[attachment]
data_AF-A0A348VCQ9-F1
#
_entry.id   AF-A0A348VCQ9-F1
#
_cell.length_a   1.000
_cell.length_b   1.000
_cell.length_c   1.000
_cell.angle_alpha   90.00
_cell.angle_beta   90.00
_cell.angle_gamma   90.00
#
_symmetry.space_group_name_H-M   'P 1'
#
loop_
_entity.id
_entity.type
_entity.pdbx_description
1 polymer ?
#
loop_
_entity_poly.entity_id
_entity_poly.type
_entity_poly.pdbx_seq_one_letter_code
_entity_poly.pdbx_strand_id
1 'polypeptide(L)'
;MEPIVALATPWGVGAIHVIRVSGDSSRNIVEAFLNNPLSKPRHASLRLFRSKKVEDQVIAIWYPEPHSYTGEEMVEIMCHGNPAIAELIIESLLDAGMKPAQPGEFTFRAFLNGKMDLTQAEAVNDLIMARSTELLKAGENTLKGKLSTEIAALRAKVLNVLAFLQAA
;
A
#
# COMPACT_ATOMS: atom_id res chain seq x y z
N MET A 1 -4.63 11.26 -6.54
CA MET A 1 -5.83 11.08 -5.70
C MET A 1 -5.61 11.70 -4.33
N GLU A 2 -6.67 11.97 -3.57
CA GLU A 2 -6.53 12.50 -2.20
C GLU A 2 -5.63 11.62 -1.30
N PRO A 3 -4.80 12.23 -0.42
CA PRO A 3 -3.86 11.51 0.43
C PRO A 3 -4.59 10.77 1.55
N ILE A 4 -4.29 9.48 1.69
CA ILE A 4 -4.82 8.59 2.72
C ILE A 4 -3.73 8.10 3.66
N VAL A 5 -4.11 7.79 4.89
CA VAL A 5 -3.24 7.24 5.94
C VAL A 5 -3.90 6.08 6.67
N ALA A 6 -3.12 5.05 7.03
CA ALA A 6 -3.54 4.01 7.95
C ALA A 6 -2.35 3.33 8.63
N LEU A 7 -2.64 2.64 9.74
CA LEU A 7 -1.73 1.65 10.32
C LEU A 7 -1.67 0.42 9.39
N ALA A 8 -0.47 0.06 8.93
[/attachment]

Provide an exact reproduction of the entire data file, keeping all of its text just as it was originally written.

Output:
data_AF-A0A348VCQ9-F1
#
_entry.id   AF-A0A348VCQ9-F1
#
_cell.length_a   1.000
_cell.length_b   1.000
_cell.length_c   1.000
_cell.angle_alpha   90.00
_cell.angle_beta   90.00
_cell.angle_gamma   90.00
#
_symmetry.space_group_name_H-M   'P 1'
#
loop_
_entity.id
_entity.type
_entity.pdbx_description
1 polymer ?
#
loop_
_entity_poly.entity_id
_entity_poly.type
_entity_poly.pdbx_seq_one_letter_code
_entity_poly.pdbx_strand_id
1 'polypeptide(L)'
;MEPIVALATPWGVGAIHVIRVSGDSSRNIVEAFLNNPLSKPRHASLRLFRSKKVEDQVIAIWYPEPHSYTGEEMVEIMCHGNPAIAELIIESLLDAGMKPAQPGEFTFRAFLNGKMDLTQAEAVNDLIMARSTELLKAGENTLKGKLSTEIAALRAKVLNVLAFLQAA
;
A
#
# COMPACT_ATOMS: atom_id res chain seq x y z
N MET A 1 -4.63 11.26 -6.54
CA MET A 1 -5.83 11.08 -5.70
C MET A 1 -5.61 11.70 -4.33
N GLU A 2 -6.67 11.97 -3.57
CA GLU A 2 -6.53 12.50 -2.20
C GLU A 2 -5.63 11.62 -1.30
N PRO A 3 -4.80 12.23 -0.42
CA PRO A 3 -3.86 11.51 0.43
C PRO A 3 -4.59 10.77 1.55
N ILE A 4 -4.29 9.48 1.69
CA ILE A 4 -4.82 8.59 2.72
C ILE A 4 -3.73 8.10 3.66
N VAL A 5 -4.11 7.79 4.89
CA VAL A 5 -3.24 7.24 5.94
C VAL A 5 -3.90 6.08 6.67
N ALA A 6 -3.12 5.05 7.03
CA ALA A 6 -3.54 4.01 7.95
C ALA A 6 -2.35 3.33 8.63
N LEU A 7 -2.64 2.64 9.74
CA LEU A 7 -1.73 1.65 10.32
C LEU A 7 -1.67 0.42 9.39
N ALA A 8 -0.47 0.06 8.93